New Year’s Celebration
We struck south from Buenos Aires with two things in mind: sun and surf. We had Necochea circled. The guidebook billed this location as the best surf in Argentina. It was to be our first New Year’s celebration south of the equator and what better way to kick of 2012 than with a dawn patrol surf session.
We pulled into town as everyone was preparing for the big celebration. Looking into the town’s many campsites we settled on ‘Camping El Gringo’ where the Italian owners versed us on an Argentine NYE. It was just like the 4th of July we missed back home: Beach time, brews, BBQ, and fireworks.
But the party didn’t stop January 2nd. Argentine’s were just warming up, kick starting their summer break. Many small businesses close and even the international banking offices close their doors daily at 1:00PM. The costal heat and crowds gave us Ushuaia fever and the only cure lay at the end of 2,000 miles of highway. So we hit the road and we hit it hard, covering the distance in 10 days.
The heat and wind were getting serious. A strong warm wind out of the southwest was constant. One night on the coast north of Valdez Peninsula our overnight low was a restless 90 degrees. Being fed up with the heat we sought electricity for our A/C unit at the muni campsites only to find an overpriced cramped stall midst a dusty lot.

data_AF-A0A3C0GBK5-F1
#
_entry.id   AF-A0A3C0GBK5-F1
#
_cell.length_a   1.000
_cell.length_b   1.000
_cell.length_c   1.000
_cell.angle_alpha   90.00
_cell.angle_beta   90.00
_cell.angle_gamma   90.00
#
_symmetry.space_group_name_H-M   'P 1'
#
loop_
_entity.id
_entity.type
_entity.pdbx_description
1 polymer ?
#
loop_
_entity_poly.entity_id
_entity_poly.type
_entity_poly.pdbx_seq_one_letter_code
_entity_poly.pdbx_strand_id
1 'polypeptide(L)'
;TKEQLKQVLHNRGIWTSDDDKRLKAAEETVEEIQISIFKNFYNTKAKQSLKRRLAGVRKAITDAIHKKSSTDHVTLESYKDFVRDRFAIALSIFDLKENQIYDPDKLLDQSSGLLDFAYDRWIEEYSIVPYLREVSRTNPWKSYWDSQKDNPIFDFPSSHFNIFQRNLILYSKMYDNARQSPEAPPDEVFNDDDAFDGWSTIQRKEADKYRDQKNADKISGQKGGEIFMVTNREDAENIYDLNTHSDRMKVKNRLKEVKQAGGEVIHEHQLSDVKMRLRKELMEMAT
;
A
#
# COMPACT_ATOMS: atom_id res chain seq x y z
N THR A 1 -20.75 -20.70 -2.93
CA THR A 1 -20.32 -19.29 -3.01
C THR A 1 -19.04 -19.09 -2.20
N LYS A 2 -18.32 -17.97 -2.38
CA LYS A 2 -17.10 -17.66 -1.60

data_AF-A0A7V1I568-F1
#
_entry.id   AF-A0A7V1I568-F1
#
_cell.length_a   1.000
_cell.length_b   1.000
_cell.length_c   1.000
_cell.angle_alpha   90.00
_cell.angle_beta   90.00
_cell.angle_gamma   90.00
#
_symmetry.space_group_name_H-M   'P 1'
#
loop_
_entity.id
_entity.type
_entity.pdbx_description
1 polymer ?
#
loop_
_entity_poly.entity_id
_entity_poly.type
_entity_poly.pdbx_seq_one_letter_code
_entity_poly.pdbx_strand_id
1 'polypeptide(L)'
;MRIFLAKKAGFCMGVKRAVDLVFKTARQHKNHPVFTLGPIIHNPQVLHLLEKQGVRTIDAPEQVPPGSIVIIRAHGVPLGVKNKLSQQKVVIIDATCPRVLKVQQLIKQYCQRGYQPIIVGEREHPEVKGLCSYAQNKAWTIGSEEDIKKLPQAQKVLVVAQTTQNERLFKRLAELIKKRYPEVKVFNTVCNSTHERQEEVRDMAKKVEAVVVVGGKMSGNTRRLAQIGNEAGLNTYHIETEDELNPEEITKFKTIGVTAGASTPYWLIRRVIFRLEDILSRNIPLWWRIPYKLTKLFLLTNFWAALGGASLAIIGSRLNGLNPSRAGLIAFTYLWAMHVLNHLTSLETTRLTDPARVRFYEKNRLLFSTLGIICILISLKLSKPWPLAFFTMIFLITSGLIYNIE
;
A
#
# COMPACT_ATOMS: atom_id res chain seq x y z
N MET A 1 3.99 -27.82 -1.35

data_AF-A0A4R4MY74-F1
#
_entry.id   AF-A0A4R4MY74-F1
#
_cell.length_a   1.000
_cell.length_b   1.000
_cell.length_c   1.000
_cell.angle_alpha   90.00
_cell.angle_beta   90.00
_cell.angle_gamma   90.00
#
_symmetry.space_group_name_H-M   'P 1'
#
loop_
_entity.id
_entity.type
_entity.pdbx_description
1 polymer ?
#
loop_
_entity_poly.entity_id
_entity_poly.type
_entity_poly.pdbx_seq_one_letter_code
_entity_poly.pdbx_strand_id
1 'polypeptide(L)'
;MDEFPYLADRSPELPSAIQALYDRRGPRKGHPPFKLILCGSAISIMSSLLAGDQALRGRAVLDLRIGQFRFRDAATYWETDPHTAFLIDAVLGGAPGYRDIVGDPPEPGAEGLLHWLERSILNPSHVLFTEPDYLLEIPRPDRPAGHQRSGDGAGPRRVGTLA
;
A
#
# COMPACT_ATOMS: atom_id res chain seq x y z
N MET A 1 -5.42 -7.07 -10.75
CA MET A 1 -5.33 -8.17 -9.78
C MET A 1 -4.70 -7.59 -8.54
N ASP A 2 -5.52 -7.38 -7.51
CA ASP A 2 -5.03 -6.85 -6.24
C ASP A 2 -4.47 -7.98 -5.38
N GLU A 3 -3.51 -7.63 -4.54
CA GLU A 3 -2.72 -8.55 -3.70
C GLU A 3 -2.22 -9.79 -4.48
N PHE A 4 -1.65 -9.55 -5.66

By day we racked up the miles. At night the two suboptimal camping scenarios took their turns. We even tried our hand at gas station “camping” which turned out to be an experience, just not a good one. Piling it on, somewhere along the way our computer hard drive took a nose dive. Getting burnt out on Route 3 is somewhat of a tradition for PanAm overlanders.
Not all bad however. Surf was had on the Atlantic for the first time and some coastal dirt back-roads were traversed. Approaching the final leg, we came across Parque Monte Leon which would give us a taste of what was to come further south.
Making our way to the park campground we paused at the sand hill miradors and ocean overlooks spotting grazing herds of vicunas and ample marine wildlife. A sight for sore eyes, the camping was wild and wide overlooking the Atlantic. It’s host was a 6th generation Argentine raised in a community of English-speaking Welsh immigrants. We sat in their cabin learning about a different part of Argentina which during much of the 20th century was disputed territory.
Camped not far away we spotted a familiar Alaskan-plated truck camper we first met in Central America. We knocked and were surprised to find a different Swiss couple! They were just starting their journey while ours was nearing it’s terminus. The unbent spines of new guidebooks and unbridled excitement of our new friends brings our own trail into sharper focus. After one year and 17 international border crossings we are now within 200 miles of Tierra del Fuego.